Opinion polls suggest that about half of Americans agree. They dismiss the scientific theory that all beings have a common ancestor, believing instead that God created humans in one glorious stroke. Similar numbers say the world's age should be counted in the thousands of years, not billions, as established science would have it.

For the record, mainstream scientists currently estimate the age of the Earth at about 4.5 billion years, but don't try telling that to Ken Ham, an Australian-born evangelist and former high school science teacher who heads Answers in Genesis. The busy ministry and its staff of 160 produce a daily radio show, a magazine and 20 DVDs a year. Their offices are in the new museum, which has about 140 employees of its own.

"When you're talking about origins, you're not talking about science," Ham said as charter members snapped photographs in an early walk-through. "You're talking about belief."

One sign sets "Human Reason" against "God's Word."

Museum exhibits suggesting that man coexisted with dinosaurs -- which fossils show became extinct millions of years before humans existed -- rely on the notion that the evidence is simply open to interpretation. The backers of the concept of intelligent design, which posits that living beings are too complex to have evolved from a primordial soup, take a similar approach, widely discredited by scientists.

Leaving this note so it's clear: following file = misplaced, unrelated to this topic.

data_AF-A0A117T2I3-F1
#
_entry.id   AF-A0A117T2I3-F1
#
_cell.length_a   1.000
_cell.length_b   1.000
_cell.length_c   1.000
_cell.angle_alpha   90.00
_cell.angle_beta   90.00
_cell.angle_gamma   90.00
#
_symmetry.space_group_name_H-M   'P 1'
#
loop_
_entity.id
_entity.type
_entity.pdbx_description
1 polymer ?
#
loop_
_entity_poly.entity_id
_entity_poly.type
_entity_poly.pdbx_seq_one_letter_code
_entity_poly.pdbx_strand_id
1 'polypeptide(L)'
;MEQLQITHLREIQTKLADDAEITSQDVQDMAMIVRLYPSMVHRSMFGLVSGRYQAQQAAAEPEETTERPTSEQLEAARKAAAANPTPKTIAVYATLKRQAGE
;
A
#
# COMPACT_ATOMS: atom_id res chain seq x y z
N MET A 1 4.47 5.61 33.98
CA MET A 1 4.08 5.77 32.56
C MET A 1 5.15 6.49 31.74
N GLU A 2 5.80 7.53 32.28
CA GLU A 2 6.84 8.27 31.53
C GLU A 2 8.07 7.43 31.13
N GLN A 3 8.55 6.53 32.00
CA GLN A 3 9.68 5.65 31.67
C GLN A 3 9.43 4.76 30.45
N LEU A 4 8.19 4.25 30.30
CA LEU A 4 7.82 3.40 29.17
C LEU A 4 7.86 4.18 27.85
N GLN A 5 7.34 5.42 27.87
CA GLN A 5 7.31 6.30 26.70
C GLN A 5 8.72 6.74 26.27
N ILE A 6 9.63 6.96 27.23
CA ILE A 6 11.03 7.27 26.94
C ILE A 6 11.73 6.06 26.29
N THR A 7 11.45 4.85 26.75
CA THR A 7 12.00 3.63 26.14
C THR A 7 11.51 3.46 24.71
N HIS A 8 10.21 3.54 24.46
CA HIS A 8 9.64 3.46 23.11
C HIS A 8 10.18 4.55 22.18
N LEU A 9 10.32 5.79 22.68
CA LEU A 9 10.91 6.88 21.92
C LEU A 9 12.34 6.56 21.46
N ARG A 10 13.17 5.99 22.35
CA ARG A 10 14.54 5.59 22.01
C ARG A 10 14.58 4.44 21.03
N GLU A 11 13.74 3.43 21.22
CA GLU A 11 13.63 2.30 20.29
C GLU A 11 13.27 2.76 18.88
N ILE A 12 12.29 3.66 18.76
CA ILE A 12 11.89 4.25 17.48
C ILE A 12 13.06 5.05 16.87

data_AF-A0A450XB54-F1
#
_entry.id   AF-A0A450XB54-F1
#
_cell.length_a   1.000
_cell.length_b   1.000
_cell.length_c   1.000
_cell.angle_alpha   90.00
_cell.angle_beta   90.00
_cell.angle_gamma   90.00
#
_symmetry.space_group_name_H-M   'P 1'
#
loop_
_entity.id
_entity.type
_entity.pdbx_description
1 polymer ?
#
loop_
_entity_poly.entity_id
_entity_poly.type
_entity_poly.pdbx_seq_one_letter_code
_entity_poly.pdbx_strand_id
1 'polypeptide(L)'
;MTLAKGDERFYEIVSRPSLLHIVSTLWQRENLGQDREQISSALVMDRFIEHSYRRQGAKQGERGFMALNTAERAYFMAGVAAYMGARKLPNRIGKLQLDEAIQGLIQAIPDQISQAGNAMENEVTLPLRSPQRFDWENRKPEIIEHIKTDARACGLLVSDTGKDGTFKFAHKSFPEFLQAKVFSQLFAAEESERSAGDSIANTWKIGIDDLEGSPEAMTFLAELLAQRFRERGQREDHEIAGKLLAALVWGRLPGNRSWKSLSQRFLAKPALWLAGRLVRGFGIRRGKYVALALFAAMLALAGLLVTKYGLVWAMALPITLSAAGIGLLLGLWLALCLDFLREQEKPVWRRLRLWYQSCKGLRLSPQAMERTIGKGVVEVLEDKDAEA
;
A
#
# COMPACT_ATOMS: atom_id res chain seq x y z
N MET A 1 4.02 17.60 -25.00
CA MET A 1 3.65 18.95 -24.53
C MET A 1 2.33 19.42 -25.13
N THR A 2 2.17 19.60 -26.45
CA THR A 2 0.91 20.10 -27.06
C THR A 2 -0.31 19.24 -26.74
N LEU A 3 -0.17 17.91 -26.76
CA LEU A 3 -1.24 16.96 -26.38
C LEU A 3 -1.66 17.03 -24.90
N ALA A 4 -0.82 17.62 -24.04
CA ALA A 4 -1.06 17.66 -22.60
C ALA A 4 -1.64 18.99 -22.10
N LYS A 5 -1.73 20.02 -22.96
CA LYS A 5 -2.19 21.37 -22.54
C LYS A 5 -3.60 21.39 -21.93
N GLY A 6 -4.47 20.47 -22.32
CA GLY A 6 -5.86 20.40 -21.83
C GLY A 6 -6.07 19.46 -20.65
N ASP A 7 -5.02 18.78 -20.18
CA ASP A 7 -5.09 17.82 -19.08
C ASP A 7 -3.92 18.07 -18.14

The Creation Museum is located for easy access near an interstate and an airport on 49 acres of rolling hills where woolly mammoth roamed until about 10,000 years ago. Designed to inspire Christian belief, the facility was largely built with contributions of $100 or less, although three families gave at least $1 million each, said Mark Looy, an Answers in Genesis co-founder.

To put together a museum with pizzazz, the planners recruited Patrick Marsh, the designer who created the "Jaws" and "King Kong" attractions at Universal Studios in Florida. The exhibits, backed by dozens of professionally produced videos, keep the action lively, and the content coming -- "to create something of a 'Wow!' factor," said Looy, who expects 250,000 visitors the first year.

"We're going to blow people out of the water with how many people we'll get," Ham said. "A lot of non-Christians will come. You couldn't blow them into church with a stick of dynamite, but they'll come to this."

The overriding goal is to persuade visitors that the Book of Genesis is scientifically defensible, Ham said, for if Christians lose faith in the literal truth of Genesis, doubts about such matters as the virgin birth and Christ's resurrection, for example, will follow.